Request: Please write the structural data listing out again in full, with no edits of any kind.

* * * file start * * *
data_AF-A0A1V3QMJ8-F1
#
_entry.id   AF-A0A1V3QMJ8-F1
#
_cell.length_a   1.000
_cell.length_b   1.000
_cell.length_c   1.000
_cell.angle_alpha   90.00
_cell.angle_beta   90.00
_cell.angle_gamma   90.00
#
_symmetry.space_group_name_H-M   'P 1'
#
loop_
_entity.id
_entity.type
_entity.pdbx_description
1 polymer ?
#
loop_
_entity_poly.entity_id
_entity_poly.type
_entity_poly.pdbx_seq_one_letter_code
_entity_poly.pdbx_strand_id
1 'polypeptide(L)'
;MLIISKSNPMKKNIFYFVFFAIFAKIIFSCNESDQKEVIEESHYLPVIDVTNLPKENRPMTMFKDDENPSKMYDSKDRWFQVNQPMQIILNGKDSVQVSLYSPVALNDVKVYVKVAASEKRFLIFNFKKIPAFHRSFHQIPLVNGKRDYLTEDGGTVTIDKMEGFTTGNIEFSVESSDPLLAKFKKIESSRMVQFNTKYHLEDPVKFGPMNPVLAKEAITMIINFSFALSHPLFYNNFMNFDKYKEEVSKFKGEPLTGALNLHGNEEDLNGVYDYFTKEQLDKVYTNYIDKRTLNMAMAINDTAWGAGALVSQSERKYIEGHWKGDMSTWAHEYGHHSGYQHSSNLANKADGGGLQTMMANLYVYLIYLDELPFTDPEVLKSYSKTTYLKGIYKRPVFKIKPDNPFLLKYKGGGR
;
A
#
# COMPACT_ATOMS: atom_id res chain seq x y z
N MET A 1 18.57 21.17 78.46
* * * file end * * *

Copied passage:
data_AF-A0A1V3QMJ8-F1
#
_entry.id   AF-A0A1V3QMJ8-F1
#
_cell.length_a   1.000
_cell.length_b   1.000
_cell.length_c   1.000
_cell.angle_alpha   90.00
_cell.angle_beta   90.00
_cell.angle_gamma   90.00
#
_symmetry.space_group_name_H-M   'P 1'
#
loop_
_entity.id
_entity.type
_entity.pdbx_description
1 polymer ?
#
loop_
_entity_poly.entity_id
_entity_poly.type
_entity_poly.pdbx_seq_one_letter_code
_entity_poly.pdbx_strand_id
1 'polypeptide(L)'
;MLIISKSNPMKKNIFYFVFFAIFAKIIFSCNESDQKEVIEESHYLPVIDVTNLPKENRPMTMFKDDENPSKMYDSKDRWFQVNQPMQIILNGKDSVQVSLYSPVALNDVKVYVKVAASEKRFLIFNFKKIPAFHRSFHQIPLVNGKRDYLTEDGGTVTIDKMEGFTTGNIEFSVESSDPLLAKFKKIESSRMVQFNTKYHLEDPVKFGPMNPVLAKEAITMIINFSFALSHPLFYNNFMNFDKYKEEVSKFKGEPLTGALNLHGNEEDLNGVYDYFTKEQLDKVYTNYIDKRTLNMAMAINDTAWGAGALVSQSERKYIEGHWKGDMSTWAHEYGHHSGYQHSSNLANKADGGGLQTMMANLYVYLIYLDELPFTDPEVLKSYSKTTYLKGIYKRPVFKIKPDNPFLLKYKGGGR
;
A
#
# COMPACT_ATOMS: atom_id res chain seq x y z
N MET A 1 18.57 21.17 78.46